Rodriguezs stylish new memoir—the first book in a decade from the Pulitzer Prize finalist—moves from Jerusalem to Silicon Valley, from Moses to Liberace, from Lance Armstrong to Mother Teresa. Rodriguez is a homosexual who writes with love of the religions of the desert that exclude him. He is a passionate, unorthodox Christian who is always mindful of his relationship to Judaism and Islam because of a shared belief in the God who revealed himself within an ecology of emptiness. And at the center of this book is a consideration of women—their importance to Rodriguezs spiritual formation and their centrality to the future of the desert religions.

Only a mind as elastic and refined as Rodriguezs could bind these threads together into this wonderfully complex tapestry.

Synopsis:

In his dazzling new memoir, Richard Rodriguez reflects on the color brown and the meaning of Hispanics to the life of America today. Rodriguez argues that America has been brown since its inception-since the moment the African and the European met within the Indian eye. But more than simply a book about race, Brown is about America in the broadest sense—a look at what our country is, full of surprising observations by a writer who is a marvelous stylist as well as a trenchant observer and thinker.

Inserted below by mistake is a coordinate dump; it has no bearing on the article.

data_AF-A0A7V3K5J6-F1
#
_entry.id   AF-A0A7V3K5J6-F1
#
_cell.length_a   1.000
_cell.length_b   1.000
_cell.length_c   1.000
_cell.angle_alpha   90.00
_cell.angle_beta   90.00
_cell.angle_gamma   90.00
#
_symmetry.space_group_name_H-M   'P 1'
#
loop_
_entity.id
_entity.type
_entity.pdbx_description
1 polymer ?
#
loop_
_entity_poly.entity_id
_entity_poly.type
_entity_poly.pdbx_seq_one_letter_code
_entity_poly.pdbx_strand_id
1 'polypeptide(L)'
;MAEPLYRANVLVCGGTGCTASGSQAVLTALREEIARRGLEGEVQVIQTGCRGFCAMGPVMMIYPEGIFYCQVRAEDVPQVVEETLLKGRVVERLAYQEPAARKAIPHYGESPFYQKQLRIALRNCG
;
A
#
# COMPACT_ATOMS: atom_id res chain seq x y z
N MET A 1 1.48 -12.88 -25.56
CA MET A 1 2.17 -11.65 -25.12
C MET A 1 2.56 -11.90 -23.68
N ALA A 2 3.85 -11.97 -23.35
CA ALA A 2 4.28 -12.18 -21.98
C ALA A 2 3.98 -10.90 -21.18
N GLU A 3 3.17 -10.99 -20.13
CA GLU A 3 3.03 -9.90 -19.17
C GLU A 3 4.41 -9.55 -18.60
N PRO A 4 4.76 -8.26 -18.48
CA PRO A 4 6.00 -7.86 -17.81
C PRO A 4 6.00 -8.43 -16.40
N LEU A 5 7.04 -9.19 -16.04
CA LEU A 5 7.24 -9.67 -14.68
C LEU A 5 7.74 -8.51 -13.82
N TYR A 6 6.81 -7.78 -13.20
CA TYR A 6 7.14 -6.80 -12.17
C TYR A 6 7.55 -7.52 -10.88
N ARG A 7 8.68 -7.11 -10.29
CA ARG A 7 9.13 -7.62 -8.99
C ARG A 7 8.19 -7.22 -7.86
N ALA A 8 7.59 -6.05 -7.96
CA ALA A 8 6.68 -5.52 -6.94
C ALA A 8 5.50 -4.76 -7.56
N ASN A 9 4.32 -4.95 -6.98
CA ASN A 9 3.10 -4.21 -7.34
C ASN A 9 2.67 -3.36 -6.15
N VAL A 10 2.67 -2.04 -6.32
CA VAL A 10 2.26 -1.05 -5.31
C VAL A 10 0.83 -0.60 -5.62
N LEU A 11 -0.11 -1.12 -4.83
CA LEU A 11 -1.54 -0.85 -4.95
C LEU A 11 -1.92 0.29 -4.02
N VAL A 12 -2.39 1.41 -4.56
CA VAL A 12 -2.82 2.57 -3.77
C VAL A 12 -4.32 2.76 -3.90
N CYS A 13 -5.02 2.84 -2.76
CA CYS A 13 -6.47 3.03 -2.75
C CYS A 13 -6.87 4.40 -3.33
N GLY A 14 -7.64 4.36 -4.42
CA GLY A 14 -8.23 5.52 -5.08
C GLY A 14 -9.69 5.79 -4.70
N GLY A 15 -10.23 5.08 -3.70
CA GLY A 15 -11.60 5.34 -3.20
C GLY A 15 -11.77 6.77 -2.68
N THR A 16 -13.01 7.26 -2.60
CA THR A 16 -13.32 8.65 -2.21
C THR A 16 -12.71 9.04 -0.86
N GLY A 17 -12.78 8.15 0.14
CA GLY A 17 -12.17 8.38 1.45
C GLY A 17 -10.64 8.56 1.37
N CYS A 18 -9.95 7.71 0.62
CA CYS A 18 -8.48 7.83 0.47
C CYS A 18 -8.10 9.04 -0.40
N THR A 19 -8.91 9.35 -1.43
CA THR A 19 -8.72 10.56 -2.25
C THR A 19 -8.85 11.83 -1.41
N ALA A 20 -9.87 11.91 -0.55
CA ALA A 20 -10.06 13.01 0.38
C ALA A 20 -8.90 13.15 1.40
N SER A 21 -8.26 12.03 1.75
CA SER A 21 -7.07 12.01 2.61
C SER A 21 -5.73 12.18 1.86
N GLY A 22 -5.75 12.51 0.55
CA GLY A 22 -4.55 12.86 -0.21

About the Author

Richard Rodriguez is the author of Hunger of Memory and Days of Obligation. He works as an editor at the Pacific News Service in San Francisco and is a contributing editor for Harper's magazine and the Sunday "Opinion" section of the Los Angeles Times. He also appears regularly as an essayist on The News Hour with Jim Lehrer.

Table of Contents

Contents
Preface, xi
One
The Triad of Alexis de Tocqueville, 1
Two
In the Brown Study, 33
Three
The Prince and I, 47
Four
Poor Richard, 81
Five
Hispanic, 103
Six
The Third Man, 125
Seven
Dreams of a Temperate People, 145
Eight
Gone West, 169
Nine
Peter's Avocado, 193
Acknowledgments, 231

Product Details

ISBN:
9780142000793
Author:
Rodriguez, Richard
Publisher:
Penguin Books
Location:
New York
Subject:
General
Subject:
United states
Subject:
Mexican americans
Subject:
Erotica
Subject:
Hispanic americans
Subject:
Racially mixed people
Subject:
World History-General
Subject:
Religious
Copyright:
Edition Description:
Paperback / softback
Series Volume:
839.
Publication Date:
March 25, 2003
Binding:
TRADE PAPER
Grade Level:
from 12
Language:
English
Pages:
256
Dimensions:
8.25 x 5.5 in 1 lb
Age Level:
from 18

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Related Subjects


Biography » General
History and Social Science » Ethnic Studies » General
History and Social Science » Ethnic Studies » Latin American
History and Social Science » Ethnic Studies » Racism and Ethnic Conflict
History and Social Science » World History » General